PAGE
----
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Scientists Don’t Think Sargassum Will Impact Regional Shores

March 22, 2023

By Isabella McDonnell, SCCF Marine Laboratory Research Assistant

As Southwest Florida continues to endure the aftermath of Hurricane Ian and the effects of red tide, another potential issue has entered the news cycle. Reports of a large patch of Sargassum algae forming in the Atlantic create new worries. It is similar to red tide in that it can cause negative health effects and dissuade tourism. 

The formation of large patches is a relatively new issue, observed and studied since 2011. Small islands of floating algae have been observed offshore for centuries, but have recently increased over a hundred-fold. The unusually large blooms can now be monitored via satellite. Currently, this year’s bloom is twice as wide as the United States. Last year, a record 22 million metric tons of Sargassum coated the Atlantic.

As of now, SCCF Marine Lab scientists believe it is unlikely that the seaweed will affect the Southwest Florida coast. The east coast of Florida is very likely to be impacted due to the Gulf Stream acting as a conveyor belt, running right next to the coast. The algae has already begun washing ashore in Key West, and more is expected in the Keys before the end of the month.

As seen in this image, the Loop Current is far from Sanibel and Captiva. It would take many days of a strong west wind for clumps to reach the islands. Satellite images of the bloom can be found on the University of South Florida’s Optical Oceanography Laboratory’s webpage

Gas bladders, called pneumatocysts, cause the algae to float on the surface. Offshore, the algae provide important habitat for many animals including juvenile sea turtles. Many creatures find temporary and permanent homes within the leaves. It serves as a nursery for young species, a resting place for seabirds, and a lifelong habitat for a variety of fish species.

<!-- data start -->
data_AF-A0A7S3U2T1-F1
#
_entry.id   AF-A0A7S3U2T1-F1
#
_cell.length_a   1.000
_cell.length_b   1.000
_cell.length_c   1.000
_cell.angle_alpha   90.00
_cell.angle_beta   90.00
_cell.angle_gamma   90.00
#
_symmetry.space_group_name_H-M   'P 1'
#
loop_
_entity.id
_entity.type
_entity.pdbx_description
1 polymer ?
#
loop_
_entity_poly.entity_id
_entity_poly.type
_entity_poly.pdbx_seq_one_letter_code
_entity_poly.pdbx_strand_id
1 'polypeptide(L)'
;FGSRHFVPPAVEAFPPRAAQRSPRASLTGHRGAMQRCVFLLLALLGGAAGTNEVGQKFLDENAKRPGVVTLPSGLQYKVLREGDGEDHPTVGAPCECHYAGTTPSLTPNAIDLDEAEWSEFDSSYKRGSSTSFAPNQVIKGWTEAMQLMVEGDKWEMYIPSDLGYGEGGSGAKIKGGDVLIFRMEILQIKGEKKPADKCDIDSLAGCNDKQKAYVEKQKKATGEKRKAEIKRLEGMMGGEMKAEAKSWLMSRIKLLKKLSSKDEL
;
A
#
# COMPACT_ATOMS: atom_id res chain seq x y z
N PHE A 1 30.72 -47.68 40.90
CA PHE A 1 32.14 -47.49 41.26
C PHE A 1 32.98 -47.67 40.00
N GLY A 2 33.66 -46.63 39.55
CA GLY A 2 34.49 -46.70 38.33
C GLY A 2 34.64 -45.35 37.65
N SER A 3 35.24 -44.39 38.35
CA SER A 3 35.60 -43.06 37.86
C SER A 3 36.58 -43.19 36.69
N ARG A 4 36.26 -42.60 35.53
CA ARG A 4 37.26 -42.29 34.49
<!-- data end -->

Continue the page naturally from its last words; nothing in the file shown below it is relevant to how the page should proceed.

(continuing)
Nearshore, the algae can have a negative effect on coral reefs and seagrass beds by shading the seafloor from sunlight. When the algae washes ashore, there are few solutions.  Beaches can be covered in 5-6 feet of rotting algae. Using machinery to remove the algae can be fatal to sea turtle and shorebird nests and can worsen shoreline erosion. 

When the algae decomposes without oxygen, or anaerobically, this can lead to the release of hydrogen sulfide gas, which can smell like rotten eggs. Should you encounter the algae, walking through or touching the algae is not recommended.

High levels of nitrate, phosphate, and ammonium are tied to the growth of Sargassum, red tide, and other harmful algae blooms. Researchers from Florida Atlantic University’s Harbor Branch Oceanographic Institute found that nitrogen levels had gone up by 45% in the area where sargassum forms since the 1980s.

Runoff from river basins is believed to be a major contributor to the blooms. Even those far from the coast are urged to limit fertilizer use in order to stop these issues from continuing to worsen. 


Sargassum beaching event on Martinique in 2015. 

Photo courtesy of Jean-Philippe Maréchal via USF’s Optical Oceanography Laboratory website.


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